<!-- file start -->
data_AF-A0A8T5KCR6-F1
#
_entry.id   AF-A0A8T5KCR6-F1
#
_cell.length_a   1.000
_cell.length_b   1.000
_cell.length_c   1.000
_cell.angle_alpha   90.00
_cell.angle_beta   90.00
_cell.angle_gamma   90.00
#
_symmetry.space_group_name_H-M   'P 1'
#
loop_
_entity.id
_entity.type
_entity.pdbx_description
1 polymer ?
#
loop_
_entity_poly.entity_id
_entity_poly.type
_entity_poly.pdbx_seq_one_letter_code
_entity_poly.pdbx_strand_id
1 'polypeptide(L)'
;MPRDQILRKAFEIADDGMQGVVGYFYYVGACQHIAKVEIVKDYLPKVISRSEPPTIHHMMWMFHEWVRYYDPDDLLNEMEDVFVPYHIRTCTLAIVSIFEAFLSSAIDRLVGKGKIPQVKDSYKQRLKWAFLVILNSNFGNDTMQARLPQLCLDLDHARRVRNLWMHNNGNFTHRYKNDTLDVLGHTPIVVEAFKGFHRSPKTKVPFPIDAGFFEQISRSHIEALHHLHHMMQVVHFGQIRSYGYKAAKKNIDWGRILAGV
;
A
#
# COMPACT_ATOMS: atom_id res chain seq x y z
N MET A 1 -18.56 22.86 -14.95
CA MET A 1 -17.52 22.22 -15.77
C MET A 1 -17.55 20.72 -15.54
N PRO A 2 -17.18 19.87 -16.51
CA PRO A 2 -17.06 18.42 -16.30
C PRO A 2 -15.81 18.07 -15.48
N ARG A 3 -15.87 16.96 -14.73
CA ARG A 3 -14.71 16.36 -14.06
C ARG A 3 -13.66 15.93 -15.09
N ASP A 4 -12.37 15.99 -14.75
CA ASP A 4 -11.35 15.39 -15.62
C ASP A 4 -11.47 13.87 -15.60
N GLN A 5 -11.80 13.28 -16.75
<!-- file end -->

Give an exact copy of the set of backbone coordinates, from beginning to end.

data_AF-A0A8T5KCR6-F1
#
_entry.id   AF-A0A8T5KCR6-F1
#
_cell.length_a   1.000
_cell.length_b   1.000
_cell.length_c   1.000
_cell.angle_alpha   90.00
_cell.angle_beta   90.00
_cell.angle_gamma   90.00
#
_symmetry.space_group_name_H-M   'P 1'
#
loop_
_entity.id
_entity.type
_entity.pdbx_description
1 polymer ?
#
loop_
_entity_poly.entity_id
_entity_poly.type
_entity_poly.pdbx_seq_one_letter_code
_entity_poly.pdbx_strand_id
1 'polypeptide(L)'
;MPRDQILRKAFEIADDGMQGVVGYFYYVGACQHIAKVEIVKDYLPKVISRSEPPTIHHMMWMFHEWVRYYDPDDLLNEMEDVFVPYHIRTCTLAIVSIFEAFLSSAIDRLVGKGKIPQVKDSYKQRLKWAFLVILNSNFGNDTMQARLPQLCLDLDHARRVRNLWMHNNGNFTHRYKNDTLDVLGHTPIVVEAFKGFHRSPKTKVPFPIDAGFFEQISRSHIEALHHLHHMMQVVHFGQIRSYGYKAAKKNIDWGRILAGV
;
A
#
# COMPACT_ATOMS: atom_id res chain seq x y z
N MET A 1 -18.56 22.86 -14.95
CA MET A 1 -17.52 22.22 -15.77
C MET A 1 -17.55 20.72 -15.54
N PRO A 2 -17.18 19.87 -16.51
CA PRO A 2 -17.06 18.42 -16.30
C PRO A 2 -15.81 18.07 -15.48
N ARG A 3 -15.87 16.96 -14.73
CA ARG A 3 -14.71 16.36 -14.06
C ARG A 3 -13.66 15.93 -15.09
N ASP A 4 -12.37 15.99 -14.75
CA ASP A 4 -11.35 15.39 -15.62
C ASP A 4 -11.47 13.87 -15.60
N GLN A 5 -11.80 13.28 -16.75